Friday, October 21, 2005

A Whitehouse in Disarray

The last two months has shown increasing evidence that the Bush Whitehouse staff is disorganized or at sea, with sequential blunders and mishandling of issues and crises, it is now very clear that the White House staff is not serving the President well.

From flying over Katrina on the way to a golf outing (the president should have been in waders passing out water bottles and meeting in the storm's command post- anyone who saw a satellite picture of the storm knew it was going to be BIG) to how the Meirs selection has come off, it is clear that the White House is not functioning very well.

With key staff members annoyed or worried about independent prosecutor Fitzgerald's investigation into the Valerie Plame affair, the needs of individual of staff is distracting efforts from the business of serving the nation. Not being able to fulfill one's duty to the president is a perfectly honorable reason to resign and a perfectly non-judgmental reason for dismissal.

Republicans should be increasingly worried of appearances, when the American public sees top Republican congressional leaders in legal difficulties that is a dangerous message to be carrying into the midterm elections. For the first time in years, the House chamber was rocking as Democrats suddenly found their voice on the new energy bill. Which policy would you like to carry into the next election: a comprehensive Manhattan program to wean America from foreign oil or tax credits for future exploration when oil prices and oil company profits are the highest ever recorded? Even if there are signs of an eventual wind-down in Iraq, Republicans can expect to hear ad nauseum about useless bridges in Alaska and tens of billions of highway bill pork.

But the Presidency is where Republicans will be judged first and Americans are seeing signs of an administration that has a tin ear. Part of the problem is second termitus: every single second term of the modern era has been fraught with problems and scandal. There are many reasons for this but it one thing is certain: Tthere has not been a successful second term in fifty years. If the Bush administration desires to break this pattern; they had better get down to business right away. For those Republicans who believe that Hillary Clinton is running in 2008, remember the first issue of her anticipated presidential run will be this administration's performance.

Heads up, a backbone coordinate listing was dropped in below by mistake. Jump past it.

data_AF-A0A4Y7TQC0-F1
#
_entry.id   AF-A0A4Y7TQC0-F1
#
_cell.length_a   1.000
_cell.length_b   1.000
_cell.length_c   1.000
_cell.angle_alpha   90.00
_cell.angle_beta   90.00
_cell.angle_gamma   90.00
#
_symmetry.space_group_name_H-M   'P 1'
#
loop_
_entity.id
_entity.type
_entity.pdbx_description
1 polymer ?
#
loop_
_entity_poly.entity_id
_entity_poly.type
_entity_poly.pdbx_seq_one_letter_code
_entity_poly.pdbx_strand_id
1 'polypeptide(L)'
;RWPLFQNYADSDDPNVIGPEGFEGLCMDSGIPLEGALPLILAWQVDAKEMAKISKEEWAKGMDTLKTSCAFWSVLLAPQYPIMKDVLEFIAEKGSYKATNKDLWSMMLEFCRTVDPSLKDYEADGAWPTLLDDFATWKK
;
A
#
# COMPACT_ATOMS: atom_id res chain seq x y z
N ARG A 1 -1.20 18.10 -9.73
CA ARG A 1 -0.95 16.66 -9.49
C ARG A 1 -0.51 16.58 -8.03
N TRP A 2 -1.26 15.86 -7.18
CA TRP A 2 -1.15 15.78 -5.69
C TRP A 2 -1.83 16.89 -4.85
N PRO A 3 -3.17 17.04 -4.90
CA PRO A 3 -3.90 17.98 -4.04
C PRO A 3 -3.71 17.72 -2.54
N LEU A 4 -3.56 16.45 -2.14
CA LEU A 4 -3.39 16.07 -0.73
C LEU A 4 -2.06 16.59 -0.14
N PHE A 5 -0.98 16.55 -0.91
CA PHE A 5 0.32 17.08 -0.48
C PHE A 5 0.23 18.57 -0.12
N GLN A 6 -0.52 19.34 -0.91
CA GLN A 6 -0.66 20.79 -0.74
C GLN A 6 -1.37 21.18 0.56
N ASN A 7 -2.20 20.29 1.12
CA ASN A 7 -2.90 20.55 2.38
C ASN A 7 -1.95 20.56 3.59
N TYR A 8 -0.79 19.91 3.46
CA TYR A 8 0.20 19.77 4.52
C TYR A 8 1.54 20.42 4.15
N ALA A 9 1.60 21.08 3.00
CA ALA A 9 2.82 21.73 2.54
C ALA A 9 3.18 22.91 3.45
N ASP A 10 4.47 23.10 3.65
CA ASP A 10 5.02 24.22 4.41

Katrina disaster clean up and repair is now well underway; the one thing we did not see in the New Orleans disaster was unity and leadership. Katrina was a watershed event of the Bush administration, pun intended. The Meirs nomination is already off to an inauspicious start, the second there is a problem or any sign of weakness, the wolves of politics and the press will descend to finish her off in a frenzy that will make the final reel of Jaws look like a pacifist's march.

It is their job of the White House staff to keep the president abreast of what is going on in the political and real worlds. This used to be part of Condi Rice's job; with her no longer there, the President is not getting the information he needs. It is also their job to protect the president's image and see that his in the right places at the right times. Rather than do a complete second term house cleaning, as most administrations do, something that is healthy and prevents the very ossification we are now seeing in 2005, the President has allowed himself to be walled up in the oval office and he is not seeing the problems ahead or hearing accurately what is going on around him.

The first duty to the nation is to have an effective administration; the time to reorganize for the remaining 3.3 years is right now.

Reagan brought in Howard Baker to get things back on track after Iran Contra. Clinton brought in Leon Panetta when it was clear that adult supervision was required.

The president will want someone of stature who knows how DC operates, the short list: Dick Armey, Zell Miller (best choice), Jack Welch, Warren Rudman, Fred Thomson or Alan Simpson all would be solid choices.

Mr. President, Andrew Card is not going to tell you to reorganize the White House and bring in a new Chief of Staff, you have to do it.

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